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SnowFlurry

SnowFlurry 5 2021/22 | Flockdown

Snow profile discussion

by Stefanie Höpperger • 01/08/2022
First rain up to high altitudes, then several days with warmer than average temperatures for the time of year, and then the long-awaited fresh snow finally fell from the sky.

Review:

The period of fairly modest snow conditions began on 12.12. and lasted until 5.1.

The warm front, which visited us on 12.12. with light rain up to around 2000-2300m (Tyrol), moistened the snow surface. With the cold temperatures and clear nights that followed, a cover formed on the snow surface. On December 14, a period of fine weather began with clear nights and dry air, during which the snow surface cooled down considerably. On 21 and 22 December, a snow surface temperature of -20°C was measured at the Kühtai Längental measuring station.

Phases of fine weather with clear nights promote the accumulating transformation enormously and the energy exchange with the atmosphere takes place not only at night but also during the day. The drier the air and colder the temperatures, the more the snow surface is cooled. In addition, the wind also cools the snow surface somewhat.

These processes resulted in a large temperature difference in the layers near the surface, which set the process of anabolic transformation in motion. Angular crystals formed again and the snow surface became increasingly loose again on shaded slopes. In areas protected from the wind, a snow surface of loose, angular crystals, also known as nap powder, could be found, usually alternating with broken snow.

In addition, surface frost was formed in many places due to the build-up transformation on the surface (deposition). High fog, which prevailed for several days from December 16, intensified the formation of surface frost and huge frost crystals could sometimes be observed.

On December 29/30, the next warm front hit us. At first it brought snowfall, but as temperatures rose, so did the rain line in some areas up to around 2500m. This was followed by several days with spring-like temperatures that were too warm for this time of year. No wonder that many people got their climbing gear out again to climb a few more pitches on the pleasantly warm rock! The conditions for ski tours deteriorated rapidly due to the rain.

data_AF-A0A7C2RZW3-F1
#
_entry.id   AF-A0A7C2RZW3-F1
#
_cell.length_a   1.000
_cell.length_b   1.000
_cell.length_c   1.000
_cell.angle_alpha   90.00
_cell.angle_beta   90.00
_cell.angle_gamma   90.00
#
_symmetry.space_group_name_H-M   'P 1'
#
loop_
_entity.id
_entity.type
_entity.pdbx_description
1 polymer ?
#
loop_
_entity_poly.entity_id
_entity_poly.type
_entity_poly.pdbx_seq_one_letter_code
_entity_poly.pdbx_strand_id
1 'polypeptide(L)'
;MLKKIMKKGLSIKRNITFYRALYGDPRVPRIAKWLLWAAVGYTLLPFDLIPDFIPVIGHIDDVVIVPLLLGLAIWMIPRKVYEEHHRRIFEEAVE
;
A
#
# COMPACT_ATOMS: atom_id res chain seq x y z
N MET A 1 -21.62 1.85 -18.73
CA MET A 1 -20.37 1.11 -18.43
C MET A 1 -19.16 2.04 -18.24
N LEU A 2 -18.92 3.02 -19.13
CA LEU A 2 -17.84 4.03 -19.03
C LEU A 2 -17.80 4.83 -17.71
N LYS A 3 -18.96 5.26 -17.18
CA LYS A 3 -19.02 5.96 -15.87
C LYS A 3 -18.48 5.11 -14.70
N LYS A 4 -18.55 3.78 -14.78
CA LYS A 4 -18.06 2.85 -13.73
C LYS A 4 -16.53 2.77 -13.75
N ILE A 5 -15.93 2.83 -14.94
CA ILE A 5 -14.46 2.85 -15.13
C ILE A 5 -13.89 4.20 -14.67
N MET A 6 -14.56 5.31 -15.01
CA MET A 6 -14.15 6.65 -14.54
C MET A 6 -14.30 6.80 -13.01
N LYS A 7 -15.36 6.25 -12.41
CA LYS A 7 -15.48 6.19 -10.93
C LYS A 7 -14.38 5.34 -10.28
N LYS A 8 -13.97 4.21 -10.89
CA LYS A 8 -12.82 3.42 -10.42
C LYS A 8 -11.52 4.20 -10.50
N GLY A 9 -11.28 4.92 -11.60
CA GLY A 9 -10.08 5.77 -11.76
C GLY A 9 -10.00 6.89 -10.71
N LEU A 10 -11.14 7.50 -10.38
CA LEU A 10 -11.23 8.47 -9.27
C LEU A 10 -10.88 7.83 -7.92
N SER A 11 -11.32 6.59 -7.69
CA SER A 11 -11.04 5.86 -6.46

The rain on 29/30 December and the very warm temperatures up to 5 December had one huge advantage, however, as the previously extensive surface frost and loose snow surface was destroyed, at least at low altitudes! If these layers were covered by fresh snow, they would form an extremely toxic weak layer. So at least the conditions in the forest area - even after the fresh snow - remain quite avalanche-safe.

On January 5, the time had come, a cold front brought lots of white flakes!!! Fresh snow at last! What was interesting was that when the snow started to fall, the wind died down briefly and then picked up again. This created different layers in the fresh snow pack, as you can see from the snow profile. Above the tree line, cold drift snow packs formed that are easy to disturb.

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About the profile:

The profile was recorded on 05.01.2022 at 13:20, at an altitude of 2146m, on a 32° steep, east-facing slope. All layers are dry (1).